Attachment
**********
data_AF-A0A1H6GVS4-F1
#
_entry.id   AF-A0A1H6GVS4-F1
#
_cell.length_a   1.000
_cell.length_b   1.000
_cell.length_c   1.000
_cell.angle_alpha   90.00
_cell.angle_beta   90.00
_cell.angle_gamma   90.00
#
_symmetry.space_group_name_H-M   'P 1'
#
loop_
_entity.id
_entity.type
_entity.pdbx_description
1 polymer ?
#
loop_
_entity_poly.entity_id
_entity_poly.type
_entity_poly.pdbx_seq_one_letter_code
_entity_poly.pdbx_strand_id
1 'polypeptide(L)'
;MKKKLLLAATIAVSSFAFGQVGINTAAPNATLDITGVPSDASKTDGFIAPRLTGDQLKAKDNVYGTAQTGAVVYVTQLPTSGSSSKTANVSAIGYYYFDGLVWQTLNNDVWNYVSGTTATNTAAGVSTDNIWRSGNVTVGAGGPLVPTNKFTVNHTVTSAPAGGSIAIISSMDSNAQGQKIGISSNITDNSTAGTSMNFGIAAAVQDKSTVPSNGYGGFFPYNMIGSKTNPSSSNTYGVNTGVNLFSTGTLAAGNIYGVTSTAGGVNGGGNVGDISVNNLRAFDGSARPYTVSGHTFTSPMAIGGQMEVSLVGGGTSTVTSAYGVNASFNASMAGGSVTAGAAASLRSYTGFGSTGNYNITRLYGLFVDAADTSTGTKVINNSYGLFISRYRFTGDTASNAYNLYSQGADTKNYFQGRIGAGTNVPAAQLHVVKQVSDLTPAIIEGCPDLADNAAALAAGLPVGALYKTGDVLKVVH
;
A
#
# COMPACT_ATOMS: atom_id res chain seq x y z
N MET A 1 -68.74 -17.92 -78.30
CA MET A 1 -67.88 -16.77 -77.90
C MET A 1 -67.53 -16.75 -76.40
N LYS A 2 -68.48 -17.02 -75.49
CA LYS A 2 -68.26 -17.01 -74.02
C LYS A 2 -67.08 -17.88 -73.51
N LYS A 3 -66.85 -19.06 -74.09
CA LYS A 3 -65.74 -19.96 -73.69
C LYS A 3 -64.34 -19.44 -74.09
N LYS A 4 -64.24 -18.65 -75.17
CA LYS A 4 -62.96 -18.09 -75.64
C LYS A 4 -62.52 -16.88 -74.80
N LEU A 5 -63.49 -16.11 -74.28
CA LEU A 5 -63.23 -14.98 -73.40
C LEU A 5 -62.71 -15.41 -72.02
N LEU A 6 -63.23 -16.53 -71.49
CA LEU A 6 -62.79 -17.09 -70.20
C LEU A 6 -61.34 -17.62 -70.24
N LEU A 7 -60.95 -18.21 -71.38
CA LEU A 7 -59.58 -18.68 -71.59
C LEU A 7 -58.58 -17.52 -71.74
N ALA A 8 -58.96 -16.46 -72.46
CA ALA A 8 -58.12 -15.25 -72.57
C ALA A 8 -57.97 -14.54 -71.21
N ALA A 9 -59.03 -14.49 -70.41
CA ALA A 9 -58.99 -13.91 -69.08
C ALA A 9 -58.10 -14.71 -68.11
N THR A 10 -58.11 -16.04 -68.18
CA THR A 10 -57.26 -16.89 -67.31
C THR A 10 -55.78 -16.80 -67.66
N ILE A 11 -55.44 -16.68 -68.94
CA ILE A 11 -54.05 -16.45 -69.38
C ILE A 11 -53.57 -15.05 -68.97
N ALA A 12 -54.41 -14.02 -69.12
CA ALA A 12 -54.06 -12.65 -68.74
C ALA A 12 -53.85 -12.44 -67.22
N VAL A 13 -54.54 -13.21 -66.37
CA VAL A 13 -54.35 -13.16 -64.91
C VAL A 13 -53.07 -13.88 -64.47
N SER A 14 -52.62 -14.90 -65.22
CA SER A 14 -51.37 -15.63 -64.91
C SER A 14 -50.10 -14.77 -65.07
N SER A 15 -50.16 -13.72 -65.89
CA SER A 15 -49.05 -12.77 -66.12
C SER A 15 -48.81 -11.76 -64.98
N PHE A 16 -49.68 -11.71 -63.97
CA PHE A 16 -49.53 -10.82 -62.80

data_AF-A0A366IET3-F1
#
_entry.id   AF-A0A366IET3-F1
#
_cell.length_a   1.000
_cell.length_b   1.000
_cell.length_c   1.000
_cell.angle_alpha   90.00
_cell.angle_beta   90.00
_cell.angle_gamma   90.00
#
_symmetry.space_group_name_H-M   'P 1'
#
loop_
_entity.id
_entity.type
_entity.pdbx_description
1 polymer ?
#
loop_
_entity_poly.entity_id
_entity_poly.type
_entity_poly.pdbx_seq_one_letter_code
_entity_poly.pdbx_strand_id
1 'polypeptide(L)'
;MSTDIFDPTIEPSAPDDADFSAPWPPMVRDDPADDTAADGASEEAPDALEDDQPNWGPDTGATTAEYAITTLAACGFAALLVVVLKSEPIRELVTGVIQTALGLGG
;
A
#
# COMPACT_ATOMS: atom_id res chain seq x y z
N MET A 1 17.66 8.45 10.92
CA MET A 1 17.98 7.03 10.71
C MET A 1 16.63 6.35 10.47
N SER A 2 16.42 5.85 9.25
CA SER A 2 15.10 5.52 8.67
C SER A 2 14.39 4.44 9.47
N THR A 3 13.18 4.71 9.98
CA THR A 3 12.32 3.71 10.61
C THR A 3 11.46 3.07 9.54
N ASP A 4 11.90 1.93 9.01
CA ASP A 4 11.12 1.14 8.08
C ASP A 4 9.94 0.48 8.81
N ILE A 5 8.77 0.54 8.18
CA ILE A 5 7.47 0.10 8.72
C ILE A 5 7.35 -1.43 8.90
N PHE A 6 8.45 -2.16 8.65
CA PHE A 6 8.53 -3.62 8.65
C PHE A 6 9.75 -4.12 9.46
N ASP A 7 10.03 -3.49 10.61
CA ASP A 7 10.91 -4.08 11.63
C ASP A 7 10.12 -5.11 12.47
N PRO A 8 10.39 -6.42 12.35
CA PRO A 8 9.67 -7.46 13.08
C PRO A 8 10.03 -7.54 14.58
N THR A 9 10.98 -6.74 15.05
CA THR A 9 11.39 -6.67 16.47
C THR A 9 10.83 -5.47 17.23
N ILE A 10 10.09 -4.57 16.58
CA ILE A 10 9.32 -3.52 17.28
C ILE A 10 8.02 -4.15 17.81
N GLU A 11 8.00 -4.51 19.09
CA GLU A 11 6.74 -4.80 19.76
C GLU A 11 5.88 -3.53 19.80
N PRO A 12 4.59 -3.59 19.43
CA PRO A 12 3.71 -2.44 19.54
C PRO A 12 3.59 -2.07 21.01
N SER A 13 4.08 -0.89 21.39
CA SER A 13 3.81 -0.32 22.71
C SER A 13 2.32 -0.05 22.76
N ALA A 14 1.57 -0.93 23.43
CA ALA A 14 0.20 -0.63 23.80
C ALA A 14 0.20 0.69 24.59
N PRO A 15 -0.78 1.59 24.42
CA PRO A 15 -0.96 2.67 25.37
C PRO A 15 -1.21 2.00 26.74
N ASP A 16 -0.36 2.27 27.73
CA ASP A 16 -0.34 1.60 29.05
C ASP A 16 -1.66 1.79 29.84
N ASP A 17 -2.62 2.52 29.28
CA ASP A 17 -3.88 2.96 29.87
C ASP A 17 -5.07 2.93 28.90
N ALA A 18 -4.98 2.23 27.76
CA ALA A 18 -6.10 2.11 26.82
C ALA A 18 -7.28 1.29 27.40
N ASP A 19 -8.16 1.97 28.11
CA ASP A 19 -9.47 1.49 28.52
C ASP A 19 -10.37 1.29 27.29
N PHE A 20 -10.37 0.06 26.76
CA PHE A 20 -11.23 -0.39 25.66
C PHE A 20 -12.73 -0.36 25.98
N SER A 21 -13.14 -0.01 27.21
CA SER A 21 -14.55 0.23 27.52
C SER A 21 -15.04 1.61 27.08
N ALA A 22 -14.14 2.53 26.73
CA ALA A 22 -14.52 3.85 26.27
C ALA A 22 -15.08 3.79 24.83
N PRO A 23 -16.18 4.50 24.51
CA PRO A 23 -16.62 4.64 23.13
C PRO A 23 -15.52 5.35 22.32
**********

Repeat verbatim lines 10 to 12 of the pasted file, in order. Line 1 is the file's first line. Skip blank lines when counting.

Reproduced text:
_cell.angle_gamma   90.00
#
_symmetry.space_group_name_H-M   'P 1'